He sat and said, “In my neighborhood there resides a certain householder. A tough, angry, irritable man, but careful about mitzvot. He bought an etrog for a half lira, maybe more. He bragged about it in front of his neighbors, that there was none finer. I’m not sure how beautiful it really was, but there’s no one in this neighborhood who can afford to buy an etrog for a half lira. This morning I heard a sound of crying coming from his house. I told my wife, I hear a child crying, go see why she is crying. My wife said, The girl was playing with the etrog her step-father bought for a half lira, the etrog fell from her hand, broke its pitam becoming invalid for the mitzvah, and her mother smacked her. My wife added, That poor wretch knows what’s in store for her from her husband on account of her daughter from her first marriage. I asked my wife, Where is he now?—He ran to the mikveh to immerse prior to taking the lulav. If he’s come out of the mikveh, he must be sitting in the sukkah of Rebbe Shlomo of Zvhil, to observe him as he waves the lulav, for his waving is like that of his father, who received the tradition from his father, and his father from his father back to the Maggid of Zloczow. I took my etrog to the girl and said to her, Don’t cry. Here is my etrog, give it to your mother. If your father asks, have your mother tell him: The rabbi was here and saw that your etrog was not kosher. To enable you to perform the mitzvah properly, he gave you his etrog as an unconditional gift. Because of that trouble I didn’t have time to recite the blessing on my own etrog.”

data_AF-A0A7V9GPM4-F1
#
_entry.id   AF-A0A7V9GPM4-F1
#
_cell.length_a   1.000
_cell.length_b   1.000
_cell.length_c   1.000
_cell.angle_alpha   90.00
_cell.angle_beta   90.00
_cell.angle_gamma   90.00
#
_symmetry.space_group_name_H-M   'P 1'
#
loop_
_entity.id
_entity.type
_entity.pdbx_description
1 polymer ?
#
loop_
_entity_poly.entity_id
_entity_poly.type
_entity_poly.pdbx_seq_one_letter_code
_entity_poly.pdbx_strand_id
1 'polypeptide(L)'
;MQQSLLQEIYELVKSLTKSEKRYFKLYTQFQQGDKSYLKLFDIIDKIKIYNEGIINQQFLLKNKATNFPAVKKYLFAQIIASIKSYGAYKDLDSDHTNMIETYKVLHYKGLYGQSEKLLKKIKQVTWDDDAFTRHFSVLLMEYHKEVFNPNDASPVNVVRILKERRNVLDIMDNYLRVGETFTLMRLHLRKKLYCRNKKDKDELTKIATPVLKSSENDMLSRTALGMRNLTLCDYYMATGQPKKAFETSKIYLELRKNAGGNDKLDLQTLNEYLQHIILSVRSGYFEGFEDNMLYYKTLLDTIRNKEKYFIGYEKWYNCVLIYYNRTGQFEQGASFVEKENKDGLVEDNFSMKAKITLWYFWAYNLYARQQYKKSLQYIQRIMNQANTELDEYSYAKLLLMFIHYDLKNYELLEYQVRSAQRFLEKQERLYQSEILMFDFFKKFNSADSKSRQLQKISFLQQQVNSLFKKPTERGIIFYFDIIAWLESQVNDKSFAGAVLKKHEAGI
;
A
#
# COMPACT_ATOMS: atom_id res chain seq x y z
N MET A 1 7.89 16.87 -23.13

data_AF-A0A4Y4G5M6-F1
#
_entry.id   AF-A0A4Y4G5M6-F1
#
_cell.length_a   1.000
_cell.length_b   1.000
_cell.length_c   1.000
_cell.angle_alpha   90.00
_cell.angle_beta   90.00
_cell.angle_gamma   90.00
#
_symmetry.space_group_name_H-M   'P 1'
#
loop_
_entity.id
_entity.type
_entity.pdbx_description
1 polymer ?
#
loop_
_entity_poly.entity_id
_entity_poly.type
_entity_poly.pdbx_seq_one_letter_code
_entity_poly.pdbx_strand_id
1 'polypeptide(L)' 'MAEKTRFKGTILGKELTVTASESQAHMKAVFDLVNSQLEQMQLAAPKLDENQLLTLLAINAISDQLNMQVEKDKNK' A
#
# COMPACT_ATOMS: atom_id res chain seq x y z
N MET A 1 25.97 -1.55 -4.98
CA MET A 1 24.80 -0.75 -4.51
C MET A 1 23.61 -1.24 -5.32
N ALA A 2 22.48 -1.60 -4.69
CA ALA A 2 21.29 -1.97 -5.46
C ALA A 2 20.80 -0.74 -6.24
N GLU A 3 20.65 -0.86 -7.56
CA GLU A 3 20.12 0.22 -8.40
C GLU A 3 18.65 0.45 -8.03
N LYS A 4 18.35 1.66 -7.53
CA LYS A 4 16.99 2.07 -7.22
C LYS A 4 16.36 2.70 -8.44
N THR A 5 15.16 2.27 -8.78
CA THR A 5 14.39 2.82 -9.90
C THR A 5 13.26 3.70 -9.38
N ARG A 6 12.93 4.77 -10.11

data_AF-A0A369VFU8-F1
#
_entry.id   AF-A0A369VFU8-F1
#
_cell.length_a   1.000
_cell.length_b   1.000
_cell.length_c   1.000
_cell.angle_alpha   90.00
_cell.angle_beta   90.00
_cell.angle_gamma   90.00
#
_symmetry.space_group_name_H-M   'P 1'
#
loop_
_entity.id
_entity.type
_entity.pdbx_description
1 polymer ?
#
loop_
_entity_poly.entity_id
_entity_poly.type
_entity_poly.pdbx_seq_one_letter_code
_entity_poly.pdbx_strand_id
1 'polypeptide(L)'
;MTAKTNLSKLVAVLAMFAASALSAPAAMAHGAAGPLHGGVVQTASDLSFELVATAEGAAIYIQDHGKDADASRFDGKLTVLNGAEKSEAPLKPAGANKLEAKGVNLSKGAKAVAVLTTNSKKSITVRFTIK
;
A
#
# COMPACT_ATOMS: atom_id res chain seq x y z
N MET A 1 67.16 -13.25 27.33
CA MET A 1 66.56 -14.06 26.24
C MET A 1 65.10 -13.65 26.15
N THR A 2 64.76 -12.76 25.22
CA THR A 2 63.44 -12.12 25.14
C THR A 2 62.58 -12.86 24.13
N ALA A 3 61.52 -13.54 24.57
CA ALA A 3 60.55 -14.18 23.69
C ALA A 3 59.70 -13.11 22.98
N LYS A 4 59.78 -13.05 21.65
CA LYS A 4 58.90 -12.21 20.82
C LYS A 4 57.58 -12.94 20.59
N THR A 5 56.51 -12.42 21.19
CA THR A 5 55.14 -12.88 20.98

The rabbi added, “That’s the punishment for one who is hassled. Even if he exerts himself on behalf of an etrog, and purchases an etrog that is kosher according to all opinions, his haste prevents him from reciting the blessing over it!”
Translated from Hebrew by Jeffrey Saks. For more on this story click here. Saks is the founding director of ATID. This original translation is forthcoming in a new anthology of Agnon’s short stories, The Outcast and Other Tales, edited by Jeffrey Saks, part of the S.Y. Agnon Library, featuring the writing of the Nobel laureate in new and revised English translations. Saks’ courses given at the Agnon House in Jerusalem are broadcast at WebYeshiva.org/Agnon.
Shmuel Yosef Agnon shared the 1966 Nobel Prize in Literature.